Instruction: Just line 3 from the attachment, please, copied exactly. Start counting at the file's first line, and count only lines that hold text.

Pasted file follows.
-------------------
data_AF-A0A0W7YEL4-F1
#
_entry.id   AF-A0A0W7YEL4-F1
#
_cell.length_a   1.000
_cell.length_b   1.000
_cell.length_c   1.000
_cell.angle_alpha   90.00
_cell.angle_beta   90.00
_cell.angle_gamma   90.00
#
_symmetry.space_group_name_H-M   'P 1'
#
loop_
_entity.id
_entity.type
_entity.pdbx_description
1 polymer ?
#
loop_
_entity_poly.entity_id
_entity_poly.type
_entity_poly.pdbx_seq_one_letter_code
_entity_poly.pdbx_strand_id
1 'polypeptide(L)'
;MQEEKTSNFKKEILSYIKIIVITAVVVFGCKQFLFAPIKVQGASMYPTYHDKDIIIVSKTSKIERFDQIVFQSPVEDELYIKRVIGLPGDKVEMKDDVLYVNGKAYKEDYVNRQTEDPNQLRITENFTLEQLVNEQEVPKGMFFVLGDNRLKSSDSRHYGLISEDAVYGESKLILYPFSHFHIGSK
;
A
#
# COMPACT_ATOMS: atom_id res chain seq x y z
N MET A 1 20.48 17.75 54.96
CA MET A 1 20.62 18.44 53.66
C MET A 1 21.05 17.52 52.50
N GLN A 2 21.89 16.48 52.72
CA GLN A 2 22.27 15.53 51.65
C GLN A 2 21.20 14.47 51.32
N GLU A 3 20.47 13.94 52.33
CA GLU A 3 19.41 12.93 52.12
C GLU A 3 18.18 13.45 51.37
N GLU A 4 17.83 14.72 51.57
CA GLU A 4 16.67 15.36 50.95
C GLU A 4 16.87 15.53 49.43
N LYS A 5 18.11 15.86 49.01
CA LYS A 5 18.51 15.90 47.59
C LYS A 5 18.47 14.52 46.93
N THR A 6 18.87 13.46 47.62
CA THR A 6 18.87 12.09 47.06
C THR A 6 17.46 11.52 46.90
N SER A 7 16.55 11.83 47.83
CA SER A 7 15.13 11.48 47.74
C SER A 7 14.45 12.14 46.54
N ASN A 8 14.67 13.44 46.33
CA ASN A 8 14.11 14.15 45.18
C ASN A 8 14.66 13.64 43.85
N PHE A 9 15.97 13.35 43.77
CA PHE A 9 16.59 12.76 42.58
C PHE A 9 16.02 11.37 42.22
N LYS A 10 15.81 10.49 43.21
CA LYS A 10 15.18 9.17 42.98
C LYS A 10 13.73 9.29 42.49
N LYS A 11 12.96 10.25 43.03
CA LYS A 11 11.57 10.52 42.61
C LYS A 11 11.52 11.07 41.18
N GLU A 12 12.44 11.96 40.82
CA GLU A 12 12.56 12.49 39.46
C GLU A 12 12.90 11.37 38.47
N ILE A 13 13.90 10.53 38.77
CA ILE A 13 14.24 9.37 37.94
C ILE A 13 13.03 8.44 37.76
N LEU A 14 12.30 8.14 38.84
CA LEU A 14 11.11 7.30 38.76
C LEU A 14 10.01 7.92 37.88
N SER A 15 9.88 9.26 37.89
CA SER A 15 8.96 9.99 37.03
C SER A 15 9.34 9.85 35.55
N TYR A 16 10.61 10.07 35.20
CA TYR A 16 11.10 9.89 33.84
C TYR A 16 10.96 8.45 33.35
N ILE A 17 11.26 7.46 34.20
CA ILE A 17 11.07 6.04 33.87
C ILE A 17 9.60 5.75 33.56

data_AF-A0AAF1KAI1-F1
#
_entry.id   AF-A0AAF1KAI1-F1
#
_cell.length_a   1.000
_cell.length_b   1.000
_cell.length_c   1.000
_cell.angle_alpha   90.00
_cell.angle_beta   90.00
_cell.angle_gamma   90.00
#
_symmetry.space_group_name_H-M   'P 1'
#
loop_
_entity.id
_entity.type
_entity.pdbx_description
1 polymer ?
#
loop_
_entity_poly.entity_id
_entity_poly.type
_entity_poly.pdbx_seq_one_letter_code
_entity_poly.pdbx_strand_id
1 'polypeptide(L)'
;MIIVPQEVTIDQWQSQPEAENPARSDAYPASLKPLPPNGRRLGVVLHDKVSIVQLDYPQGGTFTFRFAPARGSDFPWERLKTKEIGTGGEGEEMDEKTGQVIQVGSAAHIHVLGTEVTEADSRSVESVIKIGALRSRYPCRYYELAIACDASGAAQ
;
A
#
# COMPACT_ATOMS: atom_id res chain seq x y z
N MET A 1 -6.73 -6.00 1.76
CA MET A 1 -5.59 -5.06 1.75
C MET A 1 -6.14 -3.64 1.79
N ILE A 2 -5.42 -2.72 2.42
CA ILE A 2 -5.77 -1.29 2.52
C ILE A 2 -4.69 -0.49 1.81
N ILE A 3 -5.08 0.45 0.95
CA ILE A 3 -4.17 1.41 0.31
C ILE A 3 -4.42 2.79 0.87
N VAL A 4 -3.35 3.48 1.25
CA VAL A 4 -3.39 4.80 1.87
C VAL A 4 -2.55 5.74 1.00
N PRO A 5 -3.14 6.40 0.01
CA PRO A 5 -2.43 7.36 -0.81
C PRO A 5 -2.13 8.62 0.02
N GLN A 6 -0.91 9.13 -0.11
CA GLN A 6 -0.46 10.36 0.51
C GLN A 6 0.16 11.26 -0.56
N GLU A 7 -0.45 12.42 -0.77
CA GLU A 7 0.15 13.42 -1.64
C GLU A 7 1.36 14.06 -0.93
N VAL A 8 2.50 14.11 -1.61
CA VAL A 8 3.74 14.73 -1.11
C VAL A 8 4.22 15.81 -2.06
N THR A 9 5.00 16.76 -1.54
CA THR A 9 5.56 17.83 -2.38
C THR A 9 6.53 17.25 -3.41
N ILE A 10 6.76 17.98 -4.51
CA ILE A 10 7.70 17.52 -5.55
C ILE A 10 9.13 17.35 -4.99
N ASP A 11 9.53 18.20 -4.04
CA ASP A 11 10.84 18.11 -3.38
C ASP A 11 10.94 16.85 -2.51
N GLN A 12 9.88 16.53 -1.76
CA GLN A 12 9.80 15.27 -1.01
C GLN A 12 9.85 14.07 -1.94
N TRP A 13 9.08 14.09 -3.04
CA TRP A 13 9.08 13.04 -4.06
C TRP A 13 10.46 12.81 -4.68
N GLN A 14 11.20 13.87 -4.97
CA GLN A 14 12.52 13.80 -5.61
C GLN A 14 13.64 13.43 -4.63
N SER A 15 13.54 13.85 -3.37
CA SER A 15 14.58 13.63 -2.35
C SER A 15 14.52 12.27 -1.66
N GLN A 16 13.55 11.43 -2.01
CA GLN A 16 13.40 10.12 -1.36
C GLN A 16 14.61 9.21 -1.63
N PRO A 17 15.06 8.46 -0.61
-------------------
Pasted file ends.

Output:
_entry.id   AF-A0A0W7YEL4-F1